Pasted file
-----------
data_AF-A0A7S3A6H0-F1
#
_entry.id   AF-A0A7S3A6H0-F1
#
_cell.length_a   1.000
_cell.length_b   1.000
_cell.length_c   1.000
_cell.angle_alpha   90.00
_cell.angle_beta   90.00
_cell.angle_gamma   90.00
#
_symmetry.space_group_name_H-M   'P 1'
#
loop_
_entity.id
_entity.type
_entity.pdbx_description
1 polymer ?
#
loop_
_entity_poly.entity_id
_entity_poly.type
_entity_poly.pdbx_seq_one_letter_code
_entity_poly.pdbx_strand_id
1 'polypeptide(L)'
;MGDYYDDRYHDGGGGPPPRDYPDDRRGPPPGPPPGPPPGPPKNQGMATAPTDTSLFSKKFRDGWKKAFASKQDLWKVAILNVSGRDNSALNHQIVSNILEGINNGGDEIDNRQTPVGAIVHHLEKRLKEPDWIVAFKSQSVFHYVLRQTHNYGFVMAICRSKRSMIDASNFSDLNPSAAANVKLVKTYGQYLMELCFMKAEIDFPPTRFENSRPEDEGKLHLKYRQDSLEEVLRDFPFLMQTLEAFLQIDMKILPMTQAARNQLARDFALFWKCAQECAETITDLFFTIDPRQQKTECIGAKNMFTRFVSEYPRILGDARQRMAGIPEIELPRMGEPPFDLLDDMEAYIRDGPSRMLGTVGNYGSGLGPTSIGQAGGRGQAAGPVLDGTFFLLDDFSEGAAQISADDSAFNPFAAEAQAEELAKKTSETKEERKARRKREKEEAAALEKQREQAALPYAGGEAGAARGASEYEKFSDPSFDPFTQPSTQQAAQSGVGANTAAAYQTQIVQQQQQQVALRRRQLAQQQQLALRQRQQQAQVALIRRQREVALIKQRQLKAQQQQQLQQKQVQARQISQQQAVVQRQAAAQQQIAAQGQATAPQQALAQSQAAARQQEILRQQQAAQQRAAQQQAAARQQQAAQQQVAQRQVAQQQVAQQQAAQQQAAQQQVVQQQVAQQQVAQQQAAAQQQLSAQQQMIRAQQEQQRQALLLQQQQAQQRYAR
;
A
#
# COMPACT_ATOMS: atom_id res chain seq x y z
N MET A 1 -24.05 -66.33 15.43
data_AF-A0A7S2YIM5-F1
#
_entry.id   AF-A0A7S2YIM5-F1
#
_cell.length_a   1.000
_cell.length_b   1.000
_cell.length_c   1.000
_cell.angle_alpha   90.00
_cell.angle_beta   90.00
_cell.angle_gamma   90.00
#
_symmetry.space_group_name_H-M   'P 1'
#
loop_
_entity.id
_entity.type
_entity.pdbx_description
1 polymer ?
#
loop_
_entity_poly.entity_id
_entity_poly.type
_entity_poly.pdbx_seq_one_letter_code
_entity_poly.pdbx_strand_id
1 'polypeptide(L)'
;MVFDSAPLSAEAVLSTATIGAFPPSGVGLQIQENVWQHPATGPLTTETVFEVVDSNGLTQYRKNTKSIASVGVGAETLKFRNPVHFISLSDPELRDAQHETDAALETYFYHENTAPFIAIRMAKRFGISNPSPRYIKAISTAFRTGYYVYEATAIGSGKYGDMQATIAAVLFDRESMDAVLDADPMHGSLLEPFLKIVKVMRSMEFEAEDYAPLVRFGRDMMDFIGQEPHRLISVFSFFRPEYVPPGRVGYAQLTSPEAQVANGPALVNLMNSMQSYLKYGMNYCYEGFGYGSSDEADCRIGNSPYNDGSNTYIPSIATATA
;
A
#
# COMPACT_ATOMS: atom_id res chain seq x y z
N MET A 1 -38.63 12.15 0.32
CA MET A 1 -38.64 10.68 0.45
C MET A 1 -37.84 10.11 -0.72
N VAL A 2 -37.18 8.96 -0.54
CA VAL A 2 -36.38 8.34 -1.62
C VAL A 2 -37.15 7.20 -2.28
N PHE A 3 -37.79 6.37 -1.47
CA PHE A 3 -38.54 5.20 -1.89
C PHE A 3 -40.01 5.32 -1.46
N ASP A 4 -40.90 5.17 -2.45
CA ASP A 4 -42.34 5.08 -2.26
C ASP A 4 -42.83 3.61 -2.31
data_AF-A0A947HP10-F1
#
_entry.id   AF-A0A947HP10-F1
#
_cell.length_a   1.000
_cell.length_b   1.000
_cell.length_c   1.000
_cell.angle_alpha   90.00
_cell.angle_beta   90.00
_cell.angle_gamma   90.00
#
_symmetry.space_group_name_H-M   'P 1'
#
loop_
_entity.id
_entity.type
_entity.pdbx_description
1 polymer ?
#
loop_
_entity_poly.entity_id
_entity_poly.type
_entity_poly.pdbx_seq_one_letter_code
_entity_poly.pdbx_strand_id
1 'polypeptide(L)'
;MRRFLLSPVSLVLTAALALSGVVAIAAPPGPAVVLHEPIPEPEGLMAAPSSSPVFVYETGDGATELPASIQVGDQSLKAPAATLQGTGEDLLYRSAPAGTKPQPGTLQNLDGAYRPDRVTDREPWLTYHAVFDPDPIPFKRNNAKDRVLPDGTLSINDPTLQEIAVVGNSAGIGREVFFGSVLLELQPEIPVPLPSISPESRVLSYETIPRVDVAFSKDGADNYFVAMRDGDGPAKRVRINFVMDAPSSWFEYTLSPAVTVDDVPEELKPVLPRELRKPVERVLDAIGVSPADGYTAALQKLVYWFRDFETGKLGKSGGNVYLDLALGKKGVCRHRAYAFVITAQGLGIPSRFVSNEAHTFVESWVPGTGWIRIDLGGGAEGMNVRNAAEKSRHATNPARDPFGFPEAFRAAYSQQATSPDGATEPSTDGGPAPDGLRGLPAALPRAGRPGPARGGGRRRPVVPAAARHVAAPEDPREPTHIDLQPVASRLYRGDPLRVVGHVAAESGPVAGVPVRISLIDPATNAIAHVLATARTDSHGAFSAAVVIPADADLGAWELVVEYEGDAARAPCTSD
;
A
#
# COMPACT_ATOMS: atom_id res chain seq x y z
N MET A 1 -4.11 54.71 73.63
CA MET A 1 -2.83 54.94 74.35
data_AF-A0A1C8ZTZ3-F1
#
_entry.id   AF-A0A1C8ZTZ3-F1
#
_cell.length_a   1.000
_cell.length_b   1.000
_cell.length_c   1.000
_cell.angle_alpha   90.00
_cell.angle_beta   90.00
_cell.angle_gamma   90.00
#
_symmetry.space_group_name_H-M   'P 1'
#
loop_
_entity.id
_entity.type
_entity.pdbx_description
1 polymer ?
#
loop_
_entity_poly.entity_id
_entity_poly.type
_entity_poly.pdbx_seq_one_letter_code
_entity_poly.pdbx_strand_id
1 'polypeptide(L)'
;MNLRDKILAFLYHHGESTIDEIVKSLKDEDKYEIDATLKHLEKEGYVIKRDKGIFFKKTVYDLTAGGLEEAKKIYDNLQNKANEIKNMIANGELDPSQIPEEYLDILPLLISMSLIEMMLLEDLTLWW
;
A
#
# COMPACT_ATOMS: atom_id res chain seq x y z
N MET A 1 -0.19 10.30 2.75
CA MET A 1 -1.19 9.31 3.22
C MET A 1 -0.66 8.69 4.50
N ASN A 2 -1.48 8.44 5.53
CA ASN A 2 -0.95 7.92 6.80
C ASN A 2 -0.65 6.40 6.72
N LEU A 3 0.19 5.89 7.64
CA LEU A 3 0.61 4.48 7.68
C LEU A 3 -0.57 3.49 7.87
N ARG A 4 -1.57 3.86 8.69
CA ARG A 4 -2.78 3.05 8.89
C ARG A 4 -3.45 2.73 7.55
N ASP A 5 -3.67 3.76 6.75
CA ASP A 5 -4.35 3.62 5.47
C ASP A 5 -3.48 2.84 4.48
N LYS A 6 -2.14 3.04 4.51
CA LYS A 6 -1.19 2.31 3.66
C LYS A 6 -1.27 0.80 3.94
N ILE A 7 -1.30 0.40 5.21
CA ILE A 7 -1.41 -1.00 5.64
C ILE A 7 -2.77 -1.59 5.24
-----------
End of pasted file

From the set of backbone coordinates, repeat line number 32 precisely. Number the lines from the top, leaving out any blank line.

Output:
data_AF-A0A7S2YIM5-F1